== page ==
Chefs Joel Myers, from left, and Marc Vetri join their team in the kitchen at the Vegas incarnation of Osteria Fiorella. (Sam Abrams)

“They asked us, ‘What’s the fastest you can open?’ And we [thought], ‘Well, we’ve got the staff already. We have the restaurant. All we really have to do is all the operations systems,'” he said. Less than a month later, Osteria Fiorella welcomed its first guests, enforcing now-familiar protocols like distanced tables and mandatory face masks for all staff.

According to Vetri, adjusting to this new normal proved not as difficult as one might expect. His approach is simple: “Just follow the rules, be safe, wash your hands, wear a mask,” he said. “I’m not making light of the virus or anything, I’m more anal about wearing a mask and washing my hands than anybody … I just feel like if you act responsibly, you’re going to be fine.”

Capacity for Las Vegas restaurants is still capped at 50 percent, and while that makes things easier on the staff, financially it’s another obstacle that’s challenging, but not insurmountable.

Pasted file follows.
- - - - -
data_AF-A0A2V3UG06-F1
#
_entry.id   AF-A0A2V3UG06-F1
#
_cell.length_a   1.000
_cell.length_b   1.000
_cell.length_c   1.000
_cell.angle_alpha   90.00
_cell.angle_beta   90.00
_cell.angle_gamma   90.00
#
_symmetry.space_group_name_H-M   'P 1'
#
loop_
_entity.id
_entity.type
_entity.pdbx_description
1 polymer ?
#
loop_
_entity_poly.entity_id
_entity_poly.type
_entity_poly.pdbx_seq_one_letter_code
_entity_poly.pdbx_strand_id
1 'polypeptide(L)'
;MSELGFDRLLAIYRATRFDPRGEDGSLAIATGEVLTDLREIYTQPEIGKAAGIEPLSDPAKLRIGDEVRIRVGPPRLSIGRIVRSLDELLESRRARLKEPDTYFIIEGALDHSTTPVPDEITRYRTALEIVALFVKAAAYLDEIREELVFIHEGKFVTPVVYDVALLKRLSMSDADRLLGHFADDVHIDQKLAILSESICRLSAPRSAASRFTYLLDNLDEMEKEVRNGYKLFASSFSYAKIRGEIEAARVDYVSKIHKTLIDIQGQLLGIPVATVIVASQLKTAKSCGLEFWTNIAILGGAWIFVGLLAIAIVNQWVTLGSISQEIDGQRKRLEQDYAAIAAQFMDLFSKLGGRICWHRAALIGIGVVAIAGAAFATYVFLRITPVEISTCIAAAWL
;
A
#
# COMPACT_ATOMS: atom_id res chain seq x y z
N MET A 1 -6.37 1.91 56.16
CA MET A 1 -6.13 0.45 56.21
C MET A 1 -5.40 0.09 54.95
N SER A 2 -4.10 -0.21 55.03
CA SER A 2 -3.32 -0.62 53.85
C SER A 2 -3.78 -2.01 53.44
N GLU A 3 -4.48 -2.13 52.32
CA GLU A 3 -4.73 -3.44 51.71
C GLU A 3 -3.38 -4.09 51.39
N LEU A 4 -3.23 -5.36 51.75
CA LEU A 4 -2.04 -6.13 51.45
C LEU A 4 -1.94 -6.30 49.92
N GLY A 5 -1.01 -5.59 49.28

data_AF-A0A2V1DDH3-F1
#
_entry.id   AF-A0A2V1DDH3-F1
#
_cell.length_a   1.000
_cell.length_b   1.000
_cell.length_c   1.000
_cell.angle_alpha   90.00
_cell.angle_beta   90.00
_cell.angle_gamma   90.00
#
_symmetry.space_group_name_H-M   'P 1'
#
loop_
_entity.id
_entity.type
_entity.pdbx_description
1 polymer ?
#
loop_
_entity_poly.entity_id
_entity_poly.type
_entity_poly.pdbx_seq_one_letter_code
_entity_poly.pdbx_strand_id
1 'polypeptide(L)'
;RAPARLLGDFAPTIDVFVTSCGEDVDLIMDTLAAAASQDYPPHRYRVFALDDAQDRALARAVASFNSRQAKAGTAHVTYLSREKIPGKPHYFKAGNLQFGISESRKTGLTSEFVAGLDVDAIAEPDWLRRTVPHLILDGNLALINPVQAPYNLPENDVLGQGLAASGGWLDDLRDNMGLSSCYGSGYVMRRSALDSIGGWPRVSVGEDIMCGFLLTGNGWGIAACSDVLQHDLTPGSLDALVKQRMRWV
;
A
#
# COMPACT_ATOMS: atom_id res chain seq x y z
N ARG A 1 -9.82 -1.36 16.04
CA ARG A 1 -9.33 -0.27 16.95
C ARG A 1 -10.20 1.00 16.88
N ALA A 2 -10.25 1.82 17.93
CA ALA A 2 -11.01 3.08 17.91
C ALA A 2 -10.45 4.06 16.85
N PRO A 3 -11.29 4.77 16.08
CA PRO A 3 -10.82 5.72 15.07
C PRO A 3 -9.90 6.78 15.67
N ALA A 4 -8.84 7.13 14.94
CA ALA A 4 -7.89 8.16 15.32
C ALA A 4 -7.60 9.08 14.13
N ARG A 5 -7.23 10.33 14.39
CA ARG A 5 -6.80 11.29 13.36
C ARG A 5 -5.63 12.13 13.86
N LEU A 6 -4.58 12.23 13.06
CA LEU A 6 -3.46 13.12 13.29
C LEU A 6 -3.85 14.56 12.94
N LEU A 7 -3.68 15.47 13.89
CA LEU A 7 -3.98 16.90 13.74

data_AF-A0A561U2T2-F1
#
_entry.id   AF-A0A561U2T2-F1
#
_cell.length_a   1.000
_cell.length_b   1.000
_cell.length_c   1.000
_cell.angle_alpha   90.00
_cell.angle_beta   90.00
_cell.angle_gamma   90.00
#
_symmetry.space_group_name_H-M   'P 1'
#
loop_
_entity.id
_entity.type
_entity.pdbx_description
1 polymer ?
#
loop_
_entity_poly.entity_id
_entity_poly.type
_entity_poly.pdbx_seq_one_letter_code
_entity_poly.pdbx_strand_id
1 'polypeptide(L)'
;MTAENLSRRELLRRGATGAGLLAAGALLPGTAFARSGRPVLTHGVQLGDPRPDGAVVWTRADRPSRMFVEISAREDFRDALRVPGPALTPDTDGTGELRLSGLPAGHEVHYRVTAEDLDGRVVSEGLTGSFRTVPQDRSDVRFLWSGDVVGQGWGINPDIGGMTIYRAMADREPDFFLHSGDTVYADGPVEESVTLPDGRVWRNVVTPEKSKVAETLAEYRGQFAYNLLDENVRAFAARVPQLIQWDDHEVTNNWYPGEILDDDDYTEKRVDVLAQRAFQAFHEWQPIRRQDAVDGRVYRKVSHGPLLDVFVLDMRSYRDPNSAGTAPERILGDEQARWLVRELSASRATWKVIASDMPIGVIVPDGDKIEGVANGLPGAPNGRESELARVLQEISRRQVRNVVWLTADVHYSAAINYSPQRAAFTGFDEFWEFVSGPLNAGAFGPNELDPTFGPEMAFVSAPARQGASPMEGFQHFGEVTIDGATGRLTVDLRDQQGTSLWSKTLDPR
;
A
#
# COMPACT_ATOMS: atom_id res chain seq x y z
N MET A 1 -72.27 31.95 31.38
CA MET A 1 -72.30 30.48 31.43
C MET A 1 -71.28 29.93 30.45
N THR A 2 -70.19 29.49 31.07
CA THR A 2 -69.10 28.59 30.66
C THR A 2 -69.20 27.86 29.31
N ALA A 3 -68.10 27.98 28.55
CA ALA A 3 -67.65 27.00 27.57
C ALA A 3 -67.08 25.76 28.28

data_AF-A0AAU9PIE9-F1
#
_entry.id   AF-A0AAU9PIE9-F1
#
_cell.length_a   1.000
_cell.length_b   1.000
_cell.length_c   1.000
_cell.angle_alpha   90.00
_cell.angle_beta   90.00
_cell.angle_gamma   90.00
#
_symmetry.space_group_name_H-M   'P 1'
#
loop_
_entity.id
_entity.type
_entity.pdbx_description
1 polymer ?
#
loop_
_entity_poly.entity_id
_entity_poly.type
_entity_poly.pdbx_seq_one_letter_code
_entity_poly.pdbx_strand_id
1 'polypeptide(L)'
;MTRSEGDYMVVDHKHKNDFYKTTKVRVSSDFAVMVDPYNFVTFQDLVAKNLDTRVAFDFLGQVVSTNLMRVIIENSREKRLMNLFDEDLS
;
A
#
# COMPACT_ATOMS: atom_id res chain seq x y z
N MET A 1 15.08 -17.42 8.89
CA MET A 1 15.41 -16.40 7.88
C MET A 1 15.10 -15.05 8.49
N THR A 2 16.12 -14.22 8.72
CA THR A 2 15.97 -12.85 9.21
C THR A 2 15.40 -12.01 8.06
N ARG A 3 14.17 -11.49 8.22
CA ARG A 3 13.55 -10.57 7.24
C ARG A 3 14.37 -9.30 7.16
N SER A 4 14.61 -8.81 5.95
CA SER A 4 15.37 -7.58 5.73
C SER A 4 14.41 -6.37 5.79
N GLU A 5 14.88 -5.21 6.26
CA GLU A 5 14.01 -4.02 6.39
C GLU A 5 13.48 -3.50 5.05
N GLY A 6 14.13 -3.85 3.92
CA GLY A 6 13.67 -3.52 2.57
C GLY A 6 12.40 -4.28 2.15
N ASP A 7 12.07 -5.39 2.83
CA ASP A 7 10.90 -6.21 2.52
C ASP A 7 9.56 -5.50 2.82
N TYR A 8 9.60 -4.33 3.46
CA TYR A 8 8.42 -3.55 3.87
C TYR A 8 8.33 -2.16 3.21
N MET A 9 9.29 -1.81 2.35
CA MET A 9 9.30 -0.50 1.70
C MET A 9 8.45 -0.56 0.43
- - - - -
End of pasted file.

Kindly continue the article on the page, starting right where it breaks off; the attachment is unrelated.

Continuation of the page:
“It’s definitely hard to get those labor numbers and food cost numbers right,” Vetri said. But as with many restaurateurs in this era of COVID-19, profit is not the top priority. “To be open and not losing money is really the goal. If you can pay your staff, allow everyone to have health insurance, get everything working, get everything moving again and not lose money, it’s a win-win.”

Red Rock announced Aug. 31 that the restaurant is now a permanent fixture at the resort. Vetri says service has been going “really amazingly” well, with a steady stream of guests from the start. “I think people were ready to come out,” he said, “and they haven’t stopped.”